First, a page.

Engineered Floors

Originally, engineered wood floors were developed for use on the first floor of a home built on a concrete slab or in a basement. But engineered wood flooring technology has exploded over the last 20 years, and its products can be used just about anywhere, including in places where you’d expect to find plank floors.
Engineered wood floors can be more resistant to moisture and tend to be more stable. While no wood product can tolerate water standing on it, the increased moisture levels over concrete aren’t a problem for most engineered wood floors.

The key to this increased stability and moisture tolerance comes from how an engineered wood floor is made.

This photo shows a cross section of a high-quality, engineered wood floor. They range in thickness from 3/8″ to 3/4″ (that’s approximately 1 cm to 2 cm). The top layer is a veneer of the desired wood; the thicker that veneer is, the more expensive the floor will be.

When this top veneer is very thin (.6mm or so) the resulting floor cannot be refinished should that ever be needed. However, when the top veneer is between 2 mm and 6 mm, it can be refinished multiple times.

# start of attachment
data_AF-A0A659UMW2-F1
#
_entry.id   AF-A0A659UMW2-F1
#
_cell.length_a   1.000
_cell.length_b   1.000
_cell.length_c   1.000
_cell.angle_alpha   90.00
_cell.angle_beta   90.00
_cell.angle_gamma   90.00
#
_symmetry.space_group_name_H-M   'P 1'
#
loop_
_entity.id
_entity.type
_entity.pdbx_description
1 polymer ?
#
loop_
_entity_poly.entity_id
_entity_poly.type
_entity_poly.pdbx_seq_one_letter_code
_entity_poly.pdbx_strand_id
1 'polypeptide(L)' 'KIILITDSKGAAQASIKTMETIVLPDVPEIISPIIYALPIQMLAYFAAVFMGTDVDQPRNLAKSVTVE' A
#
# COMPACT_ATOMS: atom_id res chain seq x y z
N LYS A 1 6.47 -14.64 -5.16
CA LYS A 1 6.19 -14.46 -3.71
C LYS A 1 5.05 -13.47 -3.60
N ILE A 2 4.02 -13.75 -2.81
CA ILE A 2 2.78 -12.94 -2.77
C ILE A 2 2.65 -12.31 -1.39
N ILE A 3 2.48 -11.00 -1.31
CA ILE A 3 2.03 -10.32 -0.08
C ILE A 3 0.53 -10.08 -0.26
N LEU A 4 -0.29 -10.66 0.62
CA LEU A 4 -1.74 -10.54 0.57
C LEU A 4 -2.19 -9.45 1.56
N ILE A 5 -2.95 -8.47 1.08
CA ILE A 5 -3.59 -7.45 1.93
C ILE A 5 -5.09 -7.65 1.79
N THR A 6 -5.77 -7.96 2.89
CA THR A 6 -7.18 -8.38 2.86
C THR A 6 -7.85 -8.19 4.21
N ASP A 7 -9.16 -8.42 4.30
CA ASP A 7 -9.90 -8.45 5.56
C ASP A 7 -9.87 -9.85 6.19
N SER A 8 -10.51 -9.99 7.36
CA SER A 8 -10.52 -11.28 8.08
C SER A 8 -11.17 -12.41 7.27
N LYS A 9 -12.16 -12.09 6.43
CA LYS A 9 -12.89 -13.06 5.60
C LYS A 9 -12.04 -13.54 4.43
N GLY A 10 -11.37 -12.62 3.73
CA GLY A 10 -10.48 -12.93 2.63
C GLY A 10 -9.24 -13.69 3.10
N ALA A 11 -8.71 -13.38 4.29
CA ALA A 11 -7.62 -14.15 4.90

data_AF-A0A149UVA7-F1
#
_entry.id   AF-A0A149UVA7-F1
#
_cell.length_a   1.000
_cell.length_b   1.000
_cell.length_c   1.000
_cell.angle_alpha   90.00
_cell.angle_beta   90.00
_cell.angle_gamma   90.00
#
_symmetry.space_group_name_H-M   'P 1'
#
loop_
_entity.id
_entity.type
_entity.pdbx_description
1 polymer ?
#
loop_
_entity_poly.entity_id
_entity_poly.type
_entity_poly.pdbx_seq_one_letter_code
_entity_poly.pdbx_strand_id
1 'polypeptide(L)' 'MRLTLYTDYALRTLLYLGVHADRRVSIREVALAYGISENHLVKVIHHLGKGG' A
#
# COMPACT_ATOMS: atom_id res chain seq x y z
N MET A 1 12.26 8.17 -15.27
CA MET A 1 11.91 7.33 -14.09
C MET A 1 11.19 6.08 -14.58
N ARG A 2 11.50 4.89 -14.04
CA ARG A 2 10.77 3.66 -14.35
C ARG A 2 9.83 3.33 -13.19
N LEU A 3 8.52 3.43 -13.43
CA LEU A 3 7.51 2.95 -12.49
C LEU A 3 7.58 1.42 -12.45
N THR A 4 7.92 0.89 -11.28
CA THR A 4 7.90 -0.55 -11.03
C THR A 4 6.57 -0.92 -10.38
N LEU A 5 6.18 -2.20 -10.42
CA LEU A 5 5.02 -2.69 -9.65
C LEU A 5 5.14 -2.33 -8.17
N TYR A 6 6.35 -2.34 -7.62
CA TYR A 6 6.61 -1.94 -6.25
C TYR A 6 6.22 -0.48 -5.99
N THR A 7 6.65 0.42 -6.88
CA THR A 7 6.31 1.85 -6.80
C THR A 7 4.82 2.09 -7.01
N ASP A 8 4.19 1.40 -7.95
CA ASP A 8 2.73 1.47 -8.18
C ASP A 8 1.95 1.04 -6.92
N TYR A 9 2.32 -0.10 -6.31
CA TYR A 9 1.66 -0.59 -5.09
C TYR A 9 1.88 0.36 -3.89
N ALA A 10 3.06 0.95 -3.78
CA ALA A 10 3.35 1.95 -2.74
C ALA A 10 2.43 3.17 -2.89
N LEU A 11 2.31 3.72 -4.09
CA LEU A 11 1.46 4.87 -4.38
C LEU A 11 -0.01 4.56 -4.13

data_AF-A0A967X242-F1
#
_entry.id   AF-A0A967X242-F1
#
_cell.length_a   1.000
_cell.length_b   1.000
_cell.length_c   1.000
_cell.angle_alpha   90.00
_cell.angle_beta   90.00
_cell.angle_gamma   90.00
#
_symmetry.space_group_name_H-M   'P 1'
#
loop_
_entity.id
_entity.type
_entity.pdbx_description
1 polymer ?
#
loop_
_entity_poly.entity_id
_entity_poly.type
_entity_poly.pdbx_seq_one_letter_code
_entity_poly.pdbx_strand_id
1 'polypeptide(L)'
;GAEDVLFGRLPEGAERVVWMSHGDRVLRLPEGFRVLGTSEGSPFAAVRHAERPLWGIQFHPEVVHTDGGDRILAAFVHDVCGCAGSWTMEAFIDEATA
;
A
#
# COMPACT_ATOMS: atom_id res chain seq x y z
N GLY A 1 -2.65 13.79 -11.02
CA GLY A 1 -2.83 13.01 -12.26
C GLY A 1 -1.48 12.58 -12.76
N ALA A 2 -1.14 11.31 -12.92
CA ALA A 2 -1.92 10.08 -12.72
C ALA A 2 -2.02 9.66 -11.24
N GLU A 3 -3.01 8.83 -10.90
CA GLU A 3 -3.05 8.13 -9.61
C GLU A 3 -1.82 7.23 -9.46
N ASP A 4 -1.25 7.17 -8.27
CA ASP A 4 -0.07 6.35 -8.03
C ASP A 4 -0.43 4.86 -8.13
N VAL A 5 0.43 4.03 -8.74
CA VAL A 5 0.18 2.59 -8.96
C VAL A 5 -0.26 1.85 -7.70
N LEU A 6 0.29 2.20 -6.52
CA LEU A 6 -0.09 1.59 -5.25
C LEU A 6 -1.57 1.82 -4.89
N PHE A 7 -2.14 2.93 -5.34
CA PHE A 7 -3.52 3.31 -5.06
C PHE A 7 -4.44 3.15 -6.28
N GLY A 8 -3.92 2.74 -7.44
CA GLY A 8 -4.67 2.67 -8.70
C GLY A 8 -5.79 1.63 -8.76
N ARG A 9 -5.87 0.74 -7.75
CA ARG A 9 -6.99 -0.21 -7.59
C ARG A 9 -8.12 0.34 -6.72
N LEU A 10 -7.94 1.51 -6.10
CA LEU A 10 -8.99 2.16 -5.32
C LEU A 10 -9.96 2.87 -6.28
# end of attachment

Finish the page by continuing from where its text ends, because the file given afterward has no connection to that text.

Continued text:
The layers in the buildup underneath the veneer top layer are important and also play a role in the final price. There can be anywhere between three and 12 layers of plywood and unfinished white wood, depending on the thickness and quality of the finished product.

When you are shopping for an engineered wood floor, pay attention to how it’s made inside almost as much as you pay attention to how the top layer looks.
Engineered wood floors
Pros: Can be used in places wood plank floors can’t be used; can be a more sustainable option; tend to cost less than solid planks.
Cons: Cheap versions of this product won’t last very long. Beware of low prices.
Suggested uses: Anywhere you’d use a plank floor, plus above- and below-grade locations.
Price range: $3-$18 per square foot.